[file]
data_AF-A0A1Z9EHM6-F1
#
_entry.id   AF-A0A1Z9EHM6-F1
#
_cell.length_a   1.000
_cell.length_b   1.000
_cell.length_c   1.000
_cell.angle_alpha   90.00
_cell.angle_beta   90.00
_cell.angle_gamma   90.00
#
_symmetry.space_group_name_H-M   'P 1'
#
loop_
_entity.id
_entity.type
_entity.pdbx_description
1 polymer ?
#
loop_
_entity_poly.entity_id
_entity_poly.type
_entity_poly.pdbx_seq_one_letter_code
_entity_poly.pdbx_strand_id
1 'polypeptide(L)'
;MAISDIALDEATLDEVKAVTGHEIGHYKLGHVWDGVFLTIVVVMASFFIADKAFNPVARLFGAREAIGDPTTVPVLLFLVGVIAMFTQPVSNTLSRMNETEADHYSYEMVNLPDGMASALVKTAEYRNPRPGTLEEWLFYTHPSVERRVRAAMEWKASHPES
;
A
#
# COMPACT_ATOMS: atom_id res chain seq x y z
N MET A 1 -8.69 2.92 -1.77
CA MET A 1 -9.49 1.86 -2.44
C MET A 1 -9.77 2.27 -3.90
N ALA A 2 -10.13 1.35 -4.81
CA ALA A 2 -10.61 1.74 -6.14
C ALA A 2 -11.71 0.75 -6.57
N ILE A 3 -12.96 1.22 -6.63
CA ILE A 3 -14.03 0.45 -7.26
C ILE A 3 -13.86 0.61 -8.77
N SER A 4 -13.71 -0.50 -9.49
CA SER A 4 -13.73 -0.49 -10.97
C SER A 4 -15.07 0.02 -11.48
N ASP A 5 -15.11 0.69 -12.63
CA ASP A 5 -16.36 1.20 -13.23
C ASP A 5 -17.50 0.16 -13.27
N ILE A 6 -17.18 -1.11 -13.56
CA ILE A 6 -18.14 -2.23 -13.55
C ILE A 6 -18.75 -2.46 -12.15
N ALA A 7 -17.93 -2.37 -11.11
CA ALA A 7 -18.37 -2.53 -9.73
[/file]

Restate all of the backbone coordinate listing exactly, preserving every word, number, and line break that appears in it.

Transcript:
data_AF-A0A1Z9EHM6-F1
#
_entry.id   AF-A0A1Z9EHM6-F1
#
_cell.length_a   1.000
_cell.length_b   1.000
_cell.length_c   1.000
_cell.angle_alpha   90.00
_cell.angle_beta   90.00
_cell.angle_gamma   90.00
#
_symmetry.space_group_name_H-M   'P 1'
#
loop_
_entity.id
_entity.type
_entity.pdbx_description
1 polymer ?
#
loop_
_entity_poly.entity_id
_entity_poly.type
_entity_poly.pdbx_seq_one_letter_code
_entity_poly.pdbx_strand_id
1 'polypeptide(L)'
;MAISDIALDEATLDEVKAVTGHEIGHYKLGHVWDGVFLTIVVVMASFFIADKAFNPVARLFGAREAIGDPTTVPVLLFLVGVIAMFTQPVSNTLSRMNETEADHYSYEMVNLPDGMASALVKTAEYRNPRPGTLEEWLFYTHPSVERRVRAAMEWKASHPES
;
A
#
# COMPACT_ATOMS: atom_id res chain seq x y z
N MET A 1 -8.69 2.92 -1.77
CA MET A 1 -9.49 1.86 -2.44
C MET A 1 -9.77 2.27 -3.90
N ALA A 2 -10.13 1.35 -4.81
CA ALA A 2 -10.61 1.74 -6.14
C ALA A 2 -11.71 0.75 -6.57
N ILE A 3 -12.96 1.22 -6.63
CA ILE A 3 -14.03 0.45 -7.26
C ILE A 3 -13.86 0.61 -8.77
N SER A 4 -13.71 -0.50 -9.49
CA SER A 4 -13.73 -0.49 -10.97
C SER A 4 -15.07 0.02 -11.48
N ASP A 5 -15.11 0.69 -12.63
CA ASP A 5 -16.36 1.20 -13.23
C ASP A 5 -17.50 0.16 -13.27
N ILE A 6 -17.18 -1.11 -13.56
CA ILE A 6 -18.14 -2.23 -13.55
C ILE A 6 -18.75 -2.46 -12.15
N ALA A 7 -17.93 -2.37 -11.11
CA ALA A 7 -18.37 -2.53 -9.73